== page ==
↗ In May, the federal and provincial governments announced combined funding of $13 million to build new affordable housing and help low-income households with renovations to their homes. This is the most substantial investment in affordable housing we’ve seen in a long time, and we look forward to seeing the funding used well and quickly for housing projects on PEI. This investment is urgently needed: people who live on the edge of poverty describe the housing situation as a crisis. CMHC estimates that 6,200 households in PEI are in core housing need (“Households which occupy housing that falls below any of the dwelling adequacy, suitability or affordability standards, and which would have to spend 30 per cent or more of their before-tax income to pay for the median rent of alternative local market housing that meet all three standards”). Of these, 1,800 are senior-led; 3,800 are renters (and 1,100 of these are seniors). PEI has the highest proportion of seniors with core housing need in Atlantic Canada, at about 29% of all those with core housing need.
↗ There have been 132 new units of affordable housing built since 2003, representing an investment of $3 million. Of these, 64 have been designated for persons with disabilities and 14 for seniors. The November 2008 Capital Budget (for infrastructure/building/etc.) announced $3 million for new seniors’ housing from 2009 to 2011. Work is underway to determine the most appropriate use of funds.
↗ Government has increased the income limits on a property tax deferral program for seniors from $30,000 to $35,000, a move that will make more seniors eligible for a program which helps them stay in their homes longer.
→ The January 2009 federal budget included funding for new seniors’ housing and housing for people with disabilities. Funding requires cost-matching from the Province, and they are reviewing the terms to determine future provincial contributions. We are waiting to see how the Province matches these funds.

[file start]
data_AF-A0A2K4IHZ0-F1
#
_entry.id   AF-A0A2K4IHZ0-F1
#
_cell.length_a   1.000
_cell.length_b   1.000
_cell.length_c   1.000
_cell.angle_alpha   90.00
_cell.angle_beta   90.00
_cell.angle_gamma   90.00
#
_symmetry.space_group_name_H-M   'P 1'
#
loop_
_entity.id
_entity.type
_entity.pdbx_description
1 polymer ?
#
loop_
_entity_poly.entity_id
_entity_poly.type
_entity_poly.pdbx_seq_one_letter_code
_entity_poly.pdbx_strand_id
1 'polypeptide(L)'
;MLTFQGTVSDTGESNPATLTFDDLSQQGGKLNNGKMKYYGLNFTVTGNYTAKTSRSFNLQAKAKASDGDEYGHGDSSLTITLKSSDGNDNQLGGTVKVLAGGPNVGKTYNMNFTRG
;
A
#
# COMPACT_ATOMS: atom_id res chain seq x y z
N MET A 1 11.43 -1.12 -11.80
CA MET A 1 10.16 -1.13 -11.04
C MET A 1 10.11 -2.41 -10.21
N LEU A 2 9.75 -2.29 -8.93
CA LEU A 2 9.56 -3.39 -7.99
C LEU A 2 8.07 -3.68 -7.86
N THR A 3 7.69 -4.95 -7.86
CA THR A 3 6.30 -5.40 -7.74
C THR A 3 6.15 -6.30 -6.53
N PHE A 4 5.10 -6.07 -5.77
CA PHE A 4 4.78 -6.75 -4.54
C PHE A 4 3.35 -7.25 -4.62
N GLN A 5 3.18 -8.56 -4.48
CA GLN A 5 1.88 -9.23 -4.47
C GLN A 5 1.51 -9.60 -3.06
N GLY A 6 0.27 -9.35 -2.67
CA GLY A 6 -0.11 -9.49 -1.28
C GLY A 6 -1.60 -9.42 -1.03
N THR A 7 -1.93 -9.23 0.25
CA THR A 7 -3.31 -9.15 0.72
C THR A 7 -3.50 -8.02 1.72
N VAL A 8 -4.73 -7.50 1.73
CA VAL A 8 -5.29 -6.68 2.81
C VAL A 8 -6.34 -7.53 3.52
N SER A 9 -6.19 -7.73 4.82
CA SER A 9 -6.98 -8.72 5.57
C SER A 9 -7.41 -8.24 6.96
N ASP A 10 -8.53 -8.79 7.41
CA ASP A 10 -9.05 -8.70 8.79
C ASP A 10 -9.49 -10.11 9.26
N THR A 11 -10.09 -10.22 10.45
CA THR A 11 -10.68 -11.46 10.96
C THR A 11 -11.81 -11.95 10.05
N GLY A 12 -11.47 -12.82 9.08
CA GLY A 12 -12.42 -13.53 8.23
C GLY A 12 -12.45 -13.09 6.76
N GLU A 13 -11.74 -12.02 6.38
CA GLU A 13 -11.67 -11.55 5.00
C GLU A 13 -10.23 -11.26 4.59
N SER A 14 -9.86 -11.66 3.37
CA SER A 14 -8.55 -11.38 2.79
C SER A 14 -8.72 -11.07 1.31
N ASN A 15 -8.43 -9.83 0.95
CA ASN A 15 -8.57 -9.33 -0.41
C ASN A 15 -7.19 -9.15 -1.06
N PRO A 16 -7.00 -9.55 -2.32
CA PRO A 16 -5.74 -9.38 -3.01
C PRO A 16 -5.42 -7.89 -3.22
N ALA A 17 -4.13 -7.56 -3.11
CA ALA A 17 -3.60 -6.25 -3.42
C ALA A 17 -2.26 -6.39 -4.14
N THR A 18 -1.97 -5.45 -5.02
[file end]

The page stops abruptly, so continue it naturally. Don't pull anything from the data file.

→ Other recent cost-matched programs have relied heavily on community and charity partnership; of this, $700,000 will be spent on housing initiatives to be completed by summer 2009: special new housing initiatives for low-income aboriginal seniors, first-time aboriginal homeowners and First Nations persons who require temporary transitional housing.
↘ We hear that many of the new physically accessible housing units are currently rented to people without disabilities, despite high demand for housing among people with disabilities. Policies for housing allotment may need to be reviewed with a disability lens; for instance, to ensure that people with disabilities who live with an attendant have this fact considered fairly when household income is measured.
↘ PEI ecoENERGY audit assistance and energy efficiency grants programs offer additional assistance to low-income households (defined as household income below $30,000) and provide assistance to low-income clients in accessing the programs, through three program assistants. However, groups that work with people who lack livable income have been quite concerned about government’s approach to providing energy efficiency help for low-income Islanders. For instance, programs for renters are inadequate, even though many renters have low incomes and poor energy efficiency in their homes. The committee that the Office of Energy Efficiency struck to increase uptake among low-income Islanders took an approach that was criticized for lack of effectiveness, sensitivity, and social justice. It was focused on getting service organizations to do promotional work for the Office on a volunteer basis.
This is an excerpt from the PEI Advisory Council on the Status of Women 2009 Equality Report Card for PEI, released in June 2009 and based on information updated to May 30, 2009.